In Carlisle, churches around the diocese were involved in a series of special services and beacon-lighting events. The Bishop of Penrith and Acting Bishop of Carlisle, the Rt Revd Rob Saner-Haigh, said: “Like so many of us, I have listened to the recollections of D-Day veterans and watched the black-and-white footage of soldiers preparing to storm the Normandy beaches from landing craft on D-Day and over subsequent days.

“The courage and bravery shown by all those veterans who fought for our freedom is immeasurable. We owe each and every one of them our deepest thanks, and recognise that so many paid the ultimate sacrifice in order that we might live free. My prayers are with all those who fought for our freedom, and I also remember in prayer and gratitude those veterans who have been able to travel to France to remember fallen comrades.”

A D-Day prayer prepared by the Archdeacon of West Cumberland, the Ven. Stewart Fyfe, was widely used in the diocese on Thursday: “Loving Father, whose son, Jesus Christ, the Good Shepherd, laid down his life that we might be free; we thank you for those who on D-Day offered their lives for our freedom. We pray today for all who still bear the wounds of war. As we honour the fallen, we pray for those who love them in death as in life. We ask for the courage to contend today for all that is good, noble, and true, and for the grace to live by your words, ‘Blessed are the peacemakers, for they shall be children of God.’ Through Jesus Christ, our Saviour, Amen.”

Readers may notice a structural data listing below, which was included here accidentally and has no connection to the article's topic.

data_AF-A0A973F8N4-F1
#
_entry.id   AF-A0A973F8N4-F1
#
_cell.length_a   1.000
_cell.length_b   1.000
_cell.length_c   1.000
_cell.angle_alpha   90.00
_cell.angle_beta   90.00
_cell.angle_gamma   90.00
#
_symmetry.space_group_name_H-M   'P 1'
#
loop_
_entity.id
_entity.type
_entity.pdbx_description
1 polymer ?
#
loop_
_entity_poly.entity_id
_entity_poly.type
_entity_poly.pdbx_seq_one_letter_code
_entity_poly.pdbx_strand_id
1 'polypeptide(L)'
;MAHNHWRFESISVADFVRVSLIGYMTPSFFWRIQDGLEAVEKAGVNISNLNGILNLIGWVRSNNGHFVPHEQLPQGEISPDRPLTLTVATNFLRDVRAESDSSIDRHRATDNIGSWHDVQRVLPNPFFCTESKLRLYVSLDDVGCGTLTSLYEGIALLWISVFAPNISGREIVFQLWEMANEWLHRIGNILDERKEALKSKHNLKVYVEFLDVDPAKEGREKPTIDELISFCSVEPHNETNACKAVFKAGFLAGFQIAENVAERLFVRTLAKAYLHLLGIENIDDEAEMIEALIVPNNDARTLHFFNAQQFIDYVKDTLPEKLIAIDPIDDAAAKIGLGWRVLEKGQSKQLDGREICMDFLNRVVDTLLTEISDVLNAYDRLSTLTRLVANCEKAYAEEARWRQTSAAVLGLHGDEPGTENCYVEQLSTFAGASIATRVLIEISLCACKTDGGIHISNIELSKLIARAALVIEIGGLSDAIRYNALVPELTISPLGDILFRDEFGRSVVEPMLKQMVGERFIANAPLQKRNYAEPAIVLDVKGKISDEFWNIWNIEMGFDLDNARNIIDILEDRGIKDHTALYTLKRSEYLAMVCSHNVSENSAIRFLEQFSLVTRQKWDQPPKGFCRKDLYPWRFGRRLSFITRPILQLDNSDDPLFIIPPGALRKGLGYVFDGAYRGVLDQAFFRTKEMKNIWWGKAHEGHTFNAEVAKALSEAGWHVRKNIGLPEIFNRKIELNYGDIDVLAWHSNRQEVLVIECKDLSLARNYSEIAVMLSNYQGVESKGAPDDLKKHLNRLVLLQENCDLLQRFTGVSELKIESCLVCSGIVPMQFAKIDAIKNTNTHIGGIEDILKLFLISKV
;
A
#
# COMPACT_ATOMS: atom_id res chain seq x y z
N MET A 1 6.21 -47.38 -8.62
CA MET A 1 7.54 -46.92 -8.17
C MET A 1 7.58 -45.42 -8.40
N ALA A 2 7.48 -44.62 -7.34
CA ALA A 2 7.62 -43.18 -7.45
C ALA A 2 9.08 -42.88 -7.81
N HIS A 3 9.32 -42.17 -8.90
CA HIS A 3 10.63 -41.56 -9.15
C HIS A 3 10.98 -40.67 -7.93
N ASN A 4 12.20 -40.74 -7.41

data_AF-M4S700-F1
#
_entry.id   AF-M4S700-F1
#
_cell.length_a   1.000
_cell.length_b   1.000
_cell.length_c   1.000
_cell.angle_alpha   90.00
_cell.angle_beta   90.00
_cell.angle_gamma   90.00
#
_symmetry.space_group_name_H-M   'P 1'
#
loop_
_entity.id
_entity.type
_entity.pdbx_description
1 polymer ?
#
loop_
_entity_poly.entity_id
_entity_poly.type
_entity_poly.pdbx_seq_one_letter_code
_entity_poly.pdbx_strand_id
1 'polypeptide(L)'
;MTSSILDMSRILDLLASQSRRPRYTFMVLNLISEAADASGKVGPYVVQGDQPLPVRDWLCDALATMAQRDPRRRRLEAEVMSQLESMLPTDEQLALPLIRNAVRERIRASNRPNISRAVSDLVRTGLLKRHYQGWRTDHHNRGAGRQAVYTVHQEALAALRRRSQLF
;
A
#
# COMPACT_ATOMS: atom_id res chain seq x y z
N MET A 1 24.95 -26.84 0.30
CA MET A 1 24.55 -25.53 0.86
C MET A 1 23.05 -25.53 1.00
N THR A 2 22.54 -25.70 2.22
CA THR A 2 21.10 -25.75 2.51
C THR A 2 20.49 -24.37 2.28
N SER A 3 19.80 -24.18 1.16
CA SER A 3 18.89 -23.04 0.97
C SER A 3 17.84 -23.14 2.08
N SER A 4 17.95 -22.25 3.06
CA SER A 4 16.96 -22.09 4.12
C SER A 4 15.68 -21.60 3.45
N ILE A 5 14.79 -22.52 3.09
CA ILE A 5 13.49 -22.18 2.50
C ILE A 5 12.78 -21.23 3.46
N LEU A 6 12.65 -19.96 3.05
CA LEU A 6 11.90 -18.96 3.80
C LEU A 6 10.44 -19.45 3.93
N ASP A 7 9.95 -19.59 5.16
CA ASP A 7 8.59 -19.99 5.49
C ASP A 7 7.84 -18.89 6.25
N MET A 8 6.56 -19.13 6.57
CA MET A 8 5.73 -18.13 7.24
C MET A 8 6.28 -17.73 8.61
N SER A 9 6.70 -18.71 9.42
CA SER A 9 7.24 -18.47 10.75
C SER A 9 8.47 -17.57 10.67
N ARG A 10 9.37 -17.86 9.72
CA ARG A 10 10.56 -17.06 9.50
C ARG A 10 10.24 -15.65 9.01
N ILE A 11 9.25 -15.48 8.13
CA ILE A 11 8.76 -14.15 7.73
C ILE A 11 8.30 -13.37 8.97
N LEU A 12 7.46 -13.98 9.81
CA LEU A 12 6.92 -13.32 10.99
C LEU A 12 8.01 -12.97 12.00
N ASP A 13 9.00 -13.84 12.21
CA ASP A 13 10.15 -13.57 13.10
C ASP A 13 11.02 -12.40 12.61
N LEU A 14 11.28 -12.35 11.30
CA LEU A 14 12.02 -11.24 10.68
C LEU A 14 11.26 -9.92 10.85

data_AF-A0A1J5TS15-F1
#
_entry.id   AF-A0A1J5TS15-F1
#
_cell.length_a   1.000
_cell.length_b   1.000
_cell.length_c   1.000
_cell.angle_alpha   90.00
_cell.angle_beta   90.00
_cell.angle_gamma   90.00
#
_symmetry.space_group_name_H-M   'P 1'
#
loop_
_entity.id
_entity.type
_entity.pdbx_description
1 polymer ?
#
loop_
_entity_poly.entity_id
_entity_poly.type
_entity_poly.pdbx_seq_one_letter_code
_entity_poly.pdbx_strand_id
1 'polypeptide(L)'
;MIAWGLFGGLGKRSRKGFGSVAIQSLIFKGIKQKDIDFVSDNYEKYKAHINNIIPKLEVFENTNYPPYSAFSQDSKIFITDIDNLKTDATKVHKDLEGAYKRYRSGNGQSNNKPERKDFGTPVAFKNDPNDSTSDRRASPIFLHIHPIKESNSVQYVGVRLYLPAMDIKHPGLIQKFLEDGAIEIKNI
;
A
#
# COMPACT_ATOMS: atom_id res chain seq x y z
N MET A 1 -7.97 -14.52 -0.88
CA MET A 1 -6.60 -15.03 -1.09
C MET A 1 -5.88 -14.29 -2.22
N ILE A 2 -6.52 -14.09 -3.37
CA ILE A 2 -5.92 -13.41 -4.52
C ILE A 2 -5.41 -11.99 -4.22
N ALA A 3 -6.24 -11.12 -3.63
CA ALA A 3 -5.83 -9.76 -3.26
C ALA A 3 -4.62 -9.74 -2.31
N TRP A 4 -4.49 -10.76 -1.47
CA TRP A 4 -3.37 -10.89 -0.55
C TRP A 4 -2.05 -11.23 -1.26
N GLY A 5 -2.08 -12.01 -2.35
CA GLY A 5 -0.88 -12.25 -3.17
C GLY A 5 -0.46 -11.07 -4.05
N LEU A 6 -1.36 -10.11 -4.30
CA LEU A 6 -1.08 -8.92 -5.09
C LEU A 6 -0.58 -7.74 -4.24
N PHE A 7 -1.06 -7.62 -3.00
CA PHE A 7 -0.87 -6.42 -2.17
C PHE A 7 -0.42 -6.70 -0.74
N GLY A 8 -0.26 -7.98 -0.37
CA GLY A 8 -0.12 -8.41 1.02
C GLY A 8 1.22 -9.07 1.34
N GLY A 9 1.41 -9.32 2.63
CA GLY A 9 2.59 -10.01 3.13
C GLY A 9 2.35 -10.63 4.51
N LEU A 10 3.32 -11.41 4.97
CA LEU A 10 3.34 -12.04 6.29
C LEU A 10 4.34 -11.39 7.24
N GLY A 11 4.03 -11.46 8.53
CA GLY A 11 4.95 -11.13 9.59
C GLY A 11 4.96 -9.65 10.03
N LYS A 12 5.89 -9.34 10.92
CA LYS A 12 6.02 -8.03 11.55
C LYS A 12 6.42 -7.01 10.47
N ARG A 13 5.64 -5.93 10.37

There were many symbols of peace in the commemorations. The Dean of St Patrick’s Anglican Cathedral, Armagh, the Very Revd Shane Forster, reminded the congregation that D-Day was the largest naval, air, and land operation in history. “As we bring to mind the events of 6 June 1944, may we recommit ourselves to the cause of peace and justice for which so many fought and died, and by the grace of God, prove us worthy of their sacrifice each day of our lives,” he said.

A piper playing a lament preceded members of the Combined Cadet Force and the Army Cadet Force, who carried the D-Day 80 Lamp Light of Peace, a ruby-red oil lantern, through the cathedral and placed it in the sanctuary. The flame represented the light of peace that emerged from the darkness of war, and the lamp itself was coloured red to represent the ultimate sacrifice made on the beaches of Normandy, and elsewhere throughout the Second World War. A beacon was lit in the grounds of the cathedral.

Bells in 330 churches in England, Wales, and Northern Ireland rang out for peace at 6.30 p.m. on Thursday, or at their own appointed time. They included the bells of Great Malvern Priory, the oldest complete set of bells cast together, in 1673, and the bell at Holy Ascension, Littleworth, in Oxfordshire, which was rung 80 times by 12-year-old Kit Margey.